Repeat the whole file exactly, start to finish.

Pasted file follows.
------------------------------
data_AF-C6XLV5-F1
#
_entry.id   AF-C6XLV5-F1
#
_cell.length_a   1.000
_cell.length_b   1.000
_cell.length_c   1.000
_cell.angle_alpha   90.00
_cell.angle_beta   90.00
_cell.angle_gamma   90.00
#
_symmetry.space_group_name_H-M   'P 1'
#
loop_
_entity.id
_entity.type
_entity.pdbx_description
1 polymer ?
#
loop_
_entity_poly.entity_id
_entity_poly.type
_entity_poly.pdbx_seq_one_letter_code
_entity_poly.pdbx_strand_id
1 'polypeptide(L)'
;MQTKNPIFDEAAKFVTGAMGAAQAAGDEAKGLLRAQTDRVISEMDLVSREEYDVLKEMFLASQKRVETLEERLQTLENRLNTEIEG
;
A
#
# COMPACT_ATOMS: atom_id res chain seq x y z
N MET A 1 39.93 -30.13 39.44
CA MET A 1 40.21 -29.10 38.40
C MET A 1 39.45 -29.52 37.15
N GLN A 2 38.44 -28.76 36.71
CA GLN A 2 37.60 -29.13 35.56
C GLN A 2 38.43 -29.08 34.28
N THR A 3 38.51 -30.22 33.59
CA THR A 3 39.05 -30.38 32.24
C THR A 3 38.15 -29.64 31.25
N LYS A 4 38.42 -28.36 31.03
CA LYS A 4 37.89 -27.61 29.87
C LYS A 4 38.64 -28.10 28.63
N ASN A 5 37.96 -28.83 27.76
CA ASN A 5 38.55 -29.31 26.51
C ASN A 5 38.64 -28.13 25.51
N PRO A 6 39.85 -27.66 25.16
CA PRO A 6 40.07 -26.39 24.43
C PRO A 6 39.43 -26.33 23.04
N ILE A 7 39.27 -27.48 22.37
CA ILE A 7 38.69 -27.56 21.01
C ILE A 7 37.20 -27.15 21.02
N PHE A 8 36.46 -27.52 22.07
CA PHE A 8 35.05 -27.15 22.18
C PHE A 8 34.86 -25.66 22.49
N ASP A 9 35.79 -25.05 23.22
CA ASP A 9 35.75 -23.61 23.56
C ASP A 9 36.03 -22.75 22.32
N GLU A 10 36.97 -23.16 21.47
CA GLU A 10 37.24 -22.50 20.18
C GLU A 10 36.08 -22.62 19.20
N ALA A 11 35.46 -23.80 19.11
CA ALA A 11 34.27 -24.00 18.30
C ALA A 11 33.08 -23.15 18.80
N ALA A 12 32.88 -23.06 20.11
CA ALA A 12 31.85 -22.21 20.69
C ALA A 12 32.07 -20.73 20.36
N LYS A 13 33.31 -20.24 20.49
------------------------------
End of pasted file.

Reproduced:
data_AF-C6XLV5-F1
#
_entry.id   AF-C6XLV5-F1
#
_cell.length_a   1.000
_cell.length_b   1.000
_cell.length_c   1.000
_cell.angle_alpha   90.00
_cell.angle_beta   90.00
_cell.angle_gamma   90.00
#
_symmetry.space_group_name_H-M   'P 1'
#
loop_
_entity.id
_entity.type
_entity.pdbx_description
1 polymer ?
#
loop_
_entity_poly.entity_id
_entity_poly.type
_entity_poly.pdbx_seq_one_letter_code
_entity_poly.pdbx_strand_id
1 'polypeptide(L)'
;MQTKNPIFDEAAKFVTGAMGAAQAAGDEAKGLLRAQTDRVISEMDLVSREEYDVLKEMFLASQKRVETLEERLQTLENRLNTEIEG
;
A
#
# COMPACT_ATOMS: atom_id res chain seq x y z
N MET A 1 39.93 -30.13 39.44
CA MET A 1 40.21 -29.10 38.40
C MET A 1 39.45 -29.52 37.15
N GLN A 2 38.44 -28.76 36.71
CA GLN A 2 37.60 -29.13 35.56
C GLN A 2 38.43 -29.08 34.28
N THR A 3 38.51 -30.22 33.59
CA THR A 3 39.05 -30.38 32.24
C THR A 3 38.15 -29.64 31.25
N LYS A 4 38.42 -28.36 31.03
CA LYS A 4 37.89 -27.61 29.87
C LYS A 4 38.64 -28.10 28.63
N ASN A 5 37.96 -28.83 27.76
CA ASN A 5 38.55 -29.31 26.51
C ASN A 5 38.64 -28.13 25.51
N PRO A 6 39.85 -27.66 25.16
CA PRO A 6 40.07 -26.39 24.43
C PRO A 6 39.43 -26.33 23.04
N ILE A 7 39.27 -27.48 22.37
CA ILE A 7 38.69 -27.56 21.01
C ILE A 7 37.20 -27.15 21.02
N PHE A 8 36.46 -27.52 22.07
CA PHE A 8 35.05 -27.15 22.18
C PHE A 8 34.86 -25.66 22.49
N ASP A 9 35.79 -25.05 23.22
CA ASP A 9 35.75 -23.61 23.56
C ASP A 9 36.03 -22.75 22.32
N GLU A 10 36.97 -23.16 21.47
CA GLU A 10 37.24 -22.50 20.18
C GLU A 10 36.08 -22.62 19.20
N ALA A 11 35.46 -23.80 19.11
CA ALA A 11 34.27 -24.00 18.30
C ALA A 11 33.08 -23.15 18.80
N ALA A 12 32.88 -23.06 20.11
CA ALA A 12 31.85 -22.21 20.69
C ALA A 12 32.07 -20.73 20.36
N LYS A 13 33.31 -20.24 20.49